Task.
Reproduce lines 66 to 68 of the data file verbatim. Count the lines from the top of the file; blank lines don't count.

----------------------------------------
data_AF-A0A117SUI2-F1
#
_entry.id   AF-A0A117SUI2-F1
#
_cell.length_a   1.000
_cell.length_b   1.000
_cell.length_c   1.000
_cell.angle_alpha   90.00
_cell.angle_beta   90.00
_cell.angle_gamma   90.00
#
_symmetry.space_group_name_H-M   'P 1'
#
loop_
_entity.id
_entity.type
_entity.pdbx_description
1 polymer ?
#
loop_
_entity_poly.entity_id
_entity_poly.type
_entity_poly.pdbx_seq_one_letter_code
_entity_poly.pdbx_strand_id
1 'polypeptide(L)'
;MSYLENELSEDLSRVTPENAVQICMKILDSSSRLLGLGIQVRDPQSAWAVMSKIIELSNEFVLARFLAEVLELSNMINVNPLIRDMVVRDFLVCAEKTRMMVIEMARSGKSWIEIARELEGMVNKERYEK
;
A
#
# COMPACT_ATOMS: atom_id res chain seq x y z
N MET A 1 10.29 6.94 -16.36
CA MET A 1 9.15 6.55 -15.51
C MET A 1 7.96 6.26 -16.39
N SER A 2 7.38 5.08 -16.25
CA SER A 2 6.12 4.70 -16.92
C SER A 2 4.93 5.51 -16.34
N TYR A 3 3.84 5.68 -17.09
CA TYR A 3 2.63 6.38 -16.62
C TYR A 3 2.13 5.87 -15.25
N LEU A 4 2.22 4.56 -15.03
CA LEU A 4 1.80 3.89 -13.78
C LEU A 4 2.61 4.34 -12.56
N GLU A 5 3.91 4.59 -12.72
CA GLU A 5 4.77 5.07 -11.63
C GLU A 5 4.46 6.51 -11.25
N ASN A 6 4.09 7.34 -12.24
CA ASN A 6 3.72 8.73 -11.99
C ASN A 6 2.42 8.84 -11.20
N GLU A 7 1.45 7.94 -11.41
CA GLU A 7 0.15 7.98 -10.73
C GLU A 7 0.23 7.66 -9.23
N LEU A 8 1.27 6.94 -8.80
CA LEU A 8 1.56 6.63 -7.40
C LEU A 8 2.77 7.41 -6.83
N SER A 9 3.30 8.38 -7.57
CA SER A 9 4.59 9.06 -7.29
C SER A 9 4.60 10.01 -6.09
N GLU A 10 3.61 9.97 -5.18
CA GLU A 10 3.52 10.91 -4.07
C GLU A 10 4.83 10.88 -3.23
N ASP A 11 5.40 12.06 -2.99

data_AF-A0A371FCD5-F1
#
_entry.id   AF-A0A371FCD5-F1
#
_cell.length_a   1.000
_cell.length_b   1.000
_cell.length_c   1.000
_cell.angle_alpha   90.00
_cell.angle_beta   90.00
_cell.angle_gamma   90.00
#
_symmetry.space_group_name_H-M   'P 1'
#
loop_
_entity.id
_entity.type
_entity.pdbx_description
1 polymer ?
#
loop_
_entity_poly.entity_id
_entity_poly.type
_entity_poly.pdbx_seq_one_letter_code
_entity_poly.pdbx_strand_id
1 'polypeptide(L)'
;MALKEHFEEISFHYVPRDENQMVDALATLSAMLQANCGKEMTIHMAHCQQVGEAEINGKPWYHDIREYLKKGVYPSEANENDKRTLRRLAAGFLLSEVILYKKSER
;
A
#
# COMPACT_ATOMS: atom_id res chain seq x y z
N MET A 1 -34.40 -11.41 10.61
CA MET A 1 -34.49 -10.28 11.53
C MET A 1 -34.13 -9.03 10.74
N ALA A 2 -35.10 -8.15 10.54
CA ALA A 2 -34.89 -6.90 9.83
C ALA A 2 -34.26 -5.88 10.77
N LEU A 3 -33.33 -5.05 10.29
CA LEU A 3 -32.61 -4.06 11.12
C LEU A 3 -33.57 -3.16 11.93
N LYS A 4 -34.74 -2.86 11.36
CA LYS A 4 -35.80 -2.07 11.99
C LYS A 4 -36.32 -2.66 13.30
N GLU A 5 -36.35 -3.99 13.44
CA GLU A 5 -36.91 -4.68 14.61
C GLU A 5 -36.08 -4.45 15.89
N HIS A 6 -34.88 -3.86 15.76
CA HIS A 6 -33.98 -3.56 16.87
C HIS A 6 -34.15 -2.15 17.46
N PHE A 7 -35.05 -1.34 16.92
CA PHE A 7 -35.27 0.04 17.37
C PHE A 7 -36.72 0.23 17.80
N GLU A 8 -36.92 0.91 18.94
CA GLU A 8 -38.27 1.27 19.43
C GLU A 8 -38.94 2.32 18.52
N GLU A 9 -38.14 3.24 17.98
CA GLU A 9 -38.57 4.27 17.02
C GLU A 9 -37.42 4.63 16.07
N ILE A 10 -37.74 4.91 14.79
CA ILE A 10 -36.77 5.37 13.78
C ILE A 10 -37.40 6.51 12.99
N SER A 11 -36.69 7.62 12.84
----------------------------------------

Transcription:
_cell.length_a   1.000
_cell.length_b   1.000
_cell.length_c   1.000